Things to Do When You Start a New Job: A Checklist
- November 26, 2014
- Career Development
- No responses
Yeah! You got a new job after all the hard work you put into your job search. You’re eager to get going and hopeful this new job will be something you love for a very long time.
It’s true that what happens in the first few months after you start a new job can often be the determining factor for your success and happiness. That means starting out strong and smart is definitely what you want to do to get the kind of traction for long-term success.
To get off to a good start, go through this list and check them off once completed:
Find Out What Your Job REALLY Is
Sure, you probably have a good idea of what your job entails, but only on very vague terms. Each company does things differently, and you can only grasp what the job is at a high level during the interview. Get different perspectives starting with your new boss and the various players you will interact with. Ask again in another month; you’d be surprised at how much more you’ll learn. (Like this thought? Tweet it!) Even if your company has a formal integration plan for you, this is your top priority.
Find Out How You Will Be Measured
This is almost the biggest missing piece for most people. You own your career, and therefore it’s your responsibility to find out not only what the performance standards are but are clear on how you will be measured. It’s not enough to know what your duties are; you need clarity on what you’re shooting for.
Identify Players, Position and Process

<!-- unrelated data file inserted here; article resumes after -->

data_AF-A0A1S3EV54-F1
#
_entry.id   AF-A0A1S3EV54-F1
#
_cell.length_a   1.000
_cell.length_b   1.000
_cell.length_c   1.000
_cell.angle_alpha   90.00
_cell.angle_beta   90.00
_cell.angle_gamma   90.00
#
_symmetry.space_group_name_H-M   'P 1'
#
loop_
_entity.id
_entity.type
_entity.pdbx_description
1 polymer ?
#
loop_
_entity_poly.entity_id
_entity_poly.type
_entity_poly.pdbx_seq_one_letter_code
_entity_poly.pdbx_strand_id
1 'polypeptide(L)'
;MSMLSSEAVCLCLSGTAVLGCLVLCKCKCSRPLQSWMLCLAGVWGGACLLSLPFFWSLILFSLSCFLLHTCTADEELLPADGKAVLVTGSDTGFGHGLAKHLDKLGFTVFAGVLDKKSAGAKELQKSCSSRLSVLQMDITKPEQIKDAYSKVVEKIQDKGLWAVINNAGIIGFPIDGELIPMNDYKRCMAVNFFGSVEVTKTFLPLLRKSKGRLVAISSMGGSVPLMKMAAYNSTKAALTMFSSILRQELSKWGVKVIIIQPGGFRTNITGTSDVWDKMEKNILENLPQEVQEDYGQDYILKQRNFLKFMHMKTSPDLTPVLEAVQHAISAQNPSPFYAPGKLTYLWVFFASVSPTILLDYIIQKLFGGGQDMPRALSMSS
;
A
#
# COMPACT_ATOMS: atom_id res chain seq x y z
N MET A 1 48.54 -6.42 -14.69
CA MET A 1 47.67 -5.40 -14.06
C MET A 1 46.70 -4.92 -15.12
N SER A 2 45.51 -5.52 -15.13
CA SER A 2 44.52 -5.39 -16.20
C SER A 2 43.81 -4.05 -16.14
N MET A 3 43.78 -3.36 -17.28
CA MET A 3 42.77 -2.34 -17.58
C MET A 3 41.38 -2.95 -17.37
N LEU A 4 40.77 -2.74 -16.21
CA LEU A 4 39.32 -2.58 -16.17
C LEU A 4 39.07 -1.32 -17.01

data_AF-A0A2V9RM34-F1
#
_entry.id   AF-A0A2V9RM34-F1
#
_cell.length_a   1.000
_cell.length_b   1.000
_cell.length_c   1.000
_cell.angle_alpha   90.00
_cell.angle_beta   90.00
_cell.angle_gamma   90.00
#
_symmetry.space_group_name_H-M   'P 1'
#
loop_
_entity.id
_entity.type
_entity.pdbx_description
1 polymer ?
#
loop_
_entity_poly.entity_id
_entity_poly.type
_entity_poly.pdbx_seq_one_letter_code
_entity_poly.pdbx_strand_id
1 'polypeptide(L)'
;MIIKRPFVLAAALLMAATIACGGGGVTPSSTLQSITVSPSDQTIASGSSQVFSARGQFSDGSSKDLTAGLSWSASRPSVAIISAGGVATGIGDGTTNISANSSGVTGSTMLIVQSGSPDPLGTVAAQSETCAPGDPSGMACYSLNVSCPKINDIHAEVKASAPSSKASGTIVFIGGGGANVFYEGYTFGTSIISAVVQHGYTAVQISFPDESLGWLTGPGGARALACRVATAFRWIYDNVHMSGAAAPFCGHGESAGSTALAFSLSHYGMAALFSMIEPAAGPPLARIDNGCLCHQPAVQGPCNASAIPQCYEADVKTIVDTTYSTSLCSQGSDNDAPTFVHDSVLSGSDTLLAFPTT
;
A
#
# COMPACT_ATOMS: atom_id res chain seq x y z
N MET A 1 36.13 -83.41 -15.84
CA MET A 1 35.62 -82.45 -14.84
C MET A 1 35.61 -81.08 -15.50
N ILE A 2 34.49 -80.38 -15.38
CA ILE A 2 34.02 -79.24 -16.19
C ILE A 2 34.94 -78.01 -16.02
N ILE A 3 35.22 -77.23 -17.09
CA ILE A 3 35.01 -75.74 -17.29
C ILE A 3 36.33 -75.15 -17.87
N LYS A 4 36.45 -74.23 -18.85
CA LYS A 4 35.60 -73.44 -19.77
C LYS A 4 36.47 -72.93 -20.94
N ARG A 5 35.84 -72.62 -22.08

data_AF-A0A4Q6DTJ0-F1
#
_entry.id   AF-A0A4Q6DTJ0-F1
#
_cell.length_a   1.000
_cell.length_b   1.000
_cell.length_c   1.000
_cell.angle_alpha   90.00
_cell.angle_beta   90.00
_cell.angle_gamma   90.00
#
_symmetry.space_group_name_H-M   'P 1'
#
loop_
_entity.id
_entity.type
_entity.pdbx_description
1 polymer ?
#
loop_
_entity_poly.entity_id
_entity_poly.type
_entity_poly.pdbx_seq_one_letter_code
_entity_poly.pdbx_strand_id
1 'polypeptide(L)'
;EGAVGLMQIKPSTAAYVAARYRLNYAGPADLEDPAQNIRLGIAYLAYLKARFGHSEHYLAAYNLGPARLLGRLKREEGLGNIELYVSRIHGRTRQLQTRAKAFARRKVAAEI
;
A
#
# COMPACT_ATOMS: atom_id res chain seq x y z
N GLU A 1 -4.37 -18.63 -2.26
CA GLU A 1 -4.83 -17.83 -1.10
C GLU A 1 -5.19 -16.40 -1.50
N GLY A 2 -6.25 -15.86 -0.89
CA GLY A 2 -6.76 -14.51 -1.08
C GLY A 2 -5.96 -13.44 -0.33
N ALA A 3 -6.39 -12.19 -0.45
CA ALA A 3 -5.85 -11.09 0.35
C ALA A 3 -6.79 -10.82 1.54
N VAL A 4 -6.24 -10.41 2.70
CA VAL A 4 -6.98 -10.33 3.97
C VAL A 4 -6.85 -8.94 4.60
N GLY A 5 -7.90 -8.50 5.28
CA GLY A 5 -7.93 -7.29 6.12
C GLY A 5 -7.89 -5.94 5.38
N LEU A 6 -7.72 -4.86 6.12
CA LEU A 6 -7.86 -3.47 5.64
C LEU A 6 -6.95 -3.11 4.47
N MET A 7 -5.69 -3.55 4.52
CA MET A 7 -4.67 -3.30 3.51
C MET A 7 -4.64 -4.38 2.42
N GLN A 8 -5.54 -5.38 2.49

A big part of working at any place is understanding how the various cogs work and your place in that process. Knowing who to go to for what sort of things is a vital part of getting your job done well.
It’s easy to lose sight of one very big aspect to your job, and that is the “touchy-feely” of building relationships with the people you work with. Eighty percent of your success will be dependent upon your relationships, and that includes the one with your boss. You don’t need to turn everyone into your BFF; that isn’t realistic, anyway. You do need to have a good-sized group of supportive people who have your back, and visa versa.
Plan to Learn
While this sounds obvious, it seems the more experience a person has, the more apt they are to think they know everything — even with a new job. All jobs are different, no matter what. Even if you simply got promoted at the same place of business, you need to approach it in the spirit of learning, because you are learning. You will also impress people that you are eager and open to learn. Besides, no one likes people who think they know it all.
Plan for an Early Win
It’s not logical that you will be very productive in the first month as you learn your job and how your company works. However, you do want to be on alert to one thing you can accomplish in the first few months that will be big enough to demonstrate to everyone they made a good choice in hiring you. Of course, it needs to be within the definition of your job scope, but usually there are some big, hairy issues that are just waiting for someone to tackle.
Ask for Feedback
There is a balance between not asking and acting insecure. You need to occasionally ask for feedback both from your boss and your peers. Don’t settle for vague responses like “you’re doing fine.” You can get the best feedback with good questions like: “Do you see any issues with the XYZ I just handed you?” or “What would you like to see me do differently?” People are always reluctant to tell you something negative, so if you set the discussion up for constructive information, you could get a few nuggets that will help you course correct, if needed.
The first impression we make in a new job is more than it is in an interview. You have about 3 months to learn your job and establish “who you are.” Each one of these items will ensure a strong, lasting foundation for a good career track
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